So How Much Of A Factor Are Ticket Prices?

“It’s a truism in the classical music business that income from ticket sales rarely covers more than 50 percent of the cost of putting on a performance, and our look at some representative Bay Area groups supports that. Given this fact, every organization, regardless of its size or prestige, has to do a lot of fundraising just to break even. But how those prices are determined can still be a mystery to the concert-going public.”

A Musical About Totalitarian North Korea?…

Chorus lines of goose-stepping soldiers and emaciated political prisoners will prance across the stage when “Yoduk Story,” a tear-jerker about a North Korean concentration camp whose name has the resonance of Auschwitz for some Koreans, opens here next month. Among the catchy tunes that South Korean theatergoers might soon be humming are “If I Could Walk Freely” and “All I Want Is Rice.”

High Def Threatens TV’s Stars

“Surely the greatest aesthetic threat to TV news since Technicolor, high-definition television is nearly 10 times sharper than regular television. About 18 million households now have HDTV-ready sets. By next year, that number could be as high as 50 million, according to some industry estimates. In 2009, when most of the broadcast networks are finished converting their news programs to high-def, much of the viewing public will be able to inspect the enamel on Katie Couric’s teeth, if they are so moved.”

Classical Music? Define Your Terms!

“Classical music is the music that has lived on or will live on. The implication here is that there’s lots of other music that hasn’t or won’t live on because it isn’t as good. Contemporary implies having a quality of newness, which is impermanent at best. Once something becomes familiar, by being around for a while and people getting to know it, it can’t really be contemporary anymore. So the more out there and inscrutable the music is to an audience, the longer it can stay contemporary.”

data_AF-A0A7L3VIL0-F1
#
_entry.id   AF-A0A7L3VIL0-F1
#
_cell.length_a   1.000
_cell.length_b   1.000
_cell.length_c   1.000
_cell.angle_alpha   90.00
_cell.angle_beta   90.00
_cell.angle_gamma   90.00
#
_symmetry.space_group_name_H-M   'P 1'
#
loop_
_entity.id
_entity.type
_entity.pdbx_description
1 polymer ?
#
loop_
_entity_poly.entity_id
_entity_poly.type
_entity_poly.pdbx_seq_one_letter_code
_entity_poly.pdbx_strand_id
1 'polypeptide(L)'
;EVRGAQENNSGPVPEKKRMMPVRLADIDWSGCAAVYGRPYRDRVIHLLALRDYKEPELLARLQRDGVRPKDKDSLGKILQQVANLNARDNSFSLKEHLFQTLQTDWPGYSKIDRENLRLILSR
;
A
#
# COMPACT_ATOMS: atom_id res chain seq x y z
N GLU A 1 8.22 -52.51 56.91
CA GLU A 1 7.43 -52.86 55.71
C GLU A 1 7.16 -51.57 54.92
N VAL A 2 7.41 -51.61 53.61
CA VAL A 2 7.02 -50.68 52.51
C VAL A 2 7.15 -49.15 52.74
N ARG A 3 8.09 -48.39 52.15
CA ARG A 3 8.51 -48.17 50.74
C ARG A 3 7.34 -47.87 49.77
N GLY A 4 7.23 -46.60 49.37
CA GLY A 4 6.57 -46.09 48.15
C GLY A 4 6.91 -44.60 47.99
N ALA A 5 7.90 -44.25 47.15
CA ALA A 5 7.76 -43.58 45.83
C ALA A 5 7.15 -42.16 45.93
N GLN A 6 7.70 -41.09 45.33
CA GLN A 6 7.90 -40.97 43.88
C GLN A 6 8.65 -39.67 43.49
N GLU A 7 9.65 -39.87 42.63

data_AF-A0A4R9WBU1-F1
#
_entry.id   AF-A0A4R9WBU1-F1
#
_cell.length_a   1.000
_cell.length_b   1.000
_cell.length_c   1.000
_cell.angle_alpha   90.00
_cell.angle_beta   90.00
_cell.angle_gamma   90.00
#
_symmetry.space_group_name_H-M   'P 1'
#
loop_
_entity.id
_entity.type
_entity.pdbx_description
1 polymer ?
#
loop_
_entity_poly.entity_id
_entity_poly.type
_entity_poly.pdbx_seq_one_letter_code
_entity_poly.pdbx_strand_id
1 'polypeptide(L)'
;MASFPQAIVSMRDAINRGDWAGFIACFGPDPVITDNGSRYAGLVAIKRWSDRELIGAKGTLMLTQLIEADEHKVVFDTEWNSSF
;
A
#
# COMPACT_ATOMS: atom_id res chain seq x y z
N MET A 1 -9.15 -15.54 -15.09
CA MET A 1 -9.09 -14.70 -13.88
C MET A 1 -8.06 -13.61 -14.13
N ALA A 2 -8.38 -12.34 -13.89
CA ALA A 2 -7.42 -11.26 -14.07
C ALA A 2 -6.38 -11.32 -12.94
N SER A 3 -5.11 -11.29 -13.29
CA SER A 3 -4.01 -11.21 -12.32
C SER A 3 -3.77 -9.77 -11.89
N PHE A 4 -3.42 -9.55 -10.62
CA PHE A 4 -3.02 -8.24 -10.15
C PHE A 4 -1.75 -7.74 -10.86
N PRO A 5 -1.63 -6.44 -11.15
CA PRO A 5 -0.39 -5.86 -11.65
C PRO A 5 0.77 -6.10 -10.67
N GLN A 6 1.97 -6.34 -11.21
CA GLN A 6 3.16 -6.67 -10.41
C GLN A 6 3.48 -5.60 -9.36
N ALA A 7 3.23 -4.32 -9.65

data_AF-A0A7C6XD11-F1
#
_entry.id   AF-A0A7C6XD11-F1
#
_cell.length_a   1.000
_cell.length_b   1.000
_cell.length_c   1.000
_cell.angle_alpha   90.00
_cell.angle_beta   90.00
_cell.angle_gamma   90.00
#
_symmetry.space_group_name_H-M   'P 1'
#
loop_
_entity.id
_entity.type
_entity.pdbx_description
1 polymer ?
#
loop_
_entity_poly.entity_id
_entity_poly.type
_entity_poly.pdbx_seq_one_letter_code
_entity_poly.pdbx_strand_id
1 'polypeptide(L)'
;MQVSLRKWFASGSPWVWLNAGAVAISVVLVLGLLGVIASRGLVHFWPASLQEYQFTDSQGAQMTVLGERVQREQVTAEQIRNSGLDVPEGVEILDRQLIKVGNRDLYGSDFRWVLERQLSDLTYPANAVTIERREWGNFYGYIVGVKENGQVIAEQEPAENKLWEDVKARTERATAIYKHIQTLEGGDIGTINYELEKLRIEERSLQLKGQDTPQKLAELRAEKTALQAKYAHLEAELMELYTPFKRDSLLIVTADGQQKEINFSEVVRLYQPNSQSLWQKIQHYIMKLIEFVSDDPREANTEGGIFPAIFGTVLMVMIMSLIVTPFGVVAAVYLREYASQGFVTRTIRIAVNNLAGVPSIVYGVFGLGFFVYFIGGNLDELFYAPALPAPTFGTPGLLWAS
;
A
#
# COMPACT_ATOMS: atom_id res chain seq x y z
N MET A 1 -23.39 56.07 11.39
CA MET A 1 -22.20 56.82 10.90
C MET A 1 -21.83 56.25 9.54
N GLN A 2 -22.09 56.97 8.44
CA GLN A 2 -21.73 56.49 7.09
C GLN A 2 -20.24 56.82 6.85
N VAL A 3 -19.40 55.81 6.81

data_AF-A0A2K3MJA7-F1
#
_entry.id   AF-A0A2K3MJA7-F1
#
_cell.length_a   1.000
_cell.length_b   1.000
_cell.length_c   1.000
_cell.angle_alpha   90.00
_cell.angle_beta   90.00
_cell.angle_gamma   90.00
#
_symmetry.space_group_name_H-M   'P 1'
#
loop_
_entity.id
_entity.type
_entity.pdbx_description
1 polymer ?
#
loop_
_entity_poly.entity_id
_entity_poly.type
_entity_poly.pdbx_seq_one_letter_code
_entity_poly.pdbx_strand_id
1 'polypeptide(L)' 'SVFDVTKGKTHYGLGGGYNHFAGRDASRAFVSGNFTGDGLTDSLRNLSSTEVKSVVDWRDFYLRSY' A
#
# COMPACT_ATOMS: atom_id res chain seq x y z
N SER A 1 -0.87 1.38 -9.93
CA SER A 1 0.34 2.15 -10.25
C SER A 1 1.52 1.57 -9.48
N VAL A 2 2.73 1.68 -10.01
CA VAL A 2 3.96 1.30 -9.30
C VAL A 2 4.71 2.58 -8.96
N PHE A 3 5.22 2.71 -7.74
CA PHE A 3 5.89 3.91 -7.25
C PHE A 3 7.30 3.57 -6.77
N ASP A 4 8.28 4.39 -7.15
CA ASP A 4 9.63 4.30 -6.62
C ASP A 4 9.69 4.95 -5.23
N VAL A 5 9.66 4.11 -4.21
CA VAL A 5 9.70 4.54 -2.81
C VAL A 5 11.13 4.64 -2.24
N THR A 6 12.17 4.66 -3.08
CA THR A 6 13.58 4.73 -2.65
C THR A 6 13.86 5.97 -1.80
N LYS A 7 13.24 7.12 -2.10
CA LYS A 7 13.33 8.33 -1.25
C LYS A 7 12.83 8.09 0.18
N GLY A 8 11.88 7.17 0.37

Paramount – A Movie Studio Reinvents

“After years of sedate stability under Sherry Lansing, Paramount has been rebuilt pretty much from the ground up. In less than a year, virtually every division chief has been replaced, some without warning, as happened to production chief Donald DeLine, who found out from friends that he was being replaced when he was in London on a business trip. Countless staffers have been let go after the studio paid $1.6 billion to acquire DreamWorks last December in a selection process that one staffer described as a human bake sale.”

Radio Tries For A Comeback

Traditional radio is going on the offensive to try to “recapture some of the consumer and industry buzz temporarily ceded to satellite radio in the wake of shock jock Stern’s defection to Sirius Satellite Radio. (Oprah Winfrey will be going to Sirius’ larger rival, XM Satellite Radio). Industry observers wonder whether these initial steps by terrestrial radio will be enough to maintain it as a dynamic media business.”

Born To Dance (Literally)

Researchers say some people are genetically engineered to dance. “People are born to dance. They have (other) genes that partially contribute to musical talent, such as coordination, sense of rhythm. However, the genes we studied are more related to the emotional side of dancing — the need and ability to communicate with other people and a spiritual side to their natures that not only enable them to feel the music, but to communicate that feeling to others via dance.”

Current’s Viewer Video – Tougher Than It Seems

Current TV is based on the idea of viewer contribution. “While there’s no question the number of people who can edit videos at home has skyrocketed, Current TV has discovered that the number who can make interesting or watchable “pods” is substantially smaller. To separate the wheat from the chaff, the network uses a Web based “green-lighting” process through which viewers rate each others’ submissions. Videos that rise to the top are put on air and the contributors are paid a fee that starts at $500. That process yields only about 30% of what the network needs to fill its days. The channel fills the rest with commercially-produced or “commissioned” segments about social issues, fashion, and music.”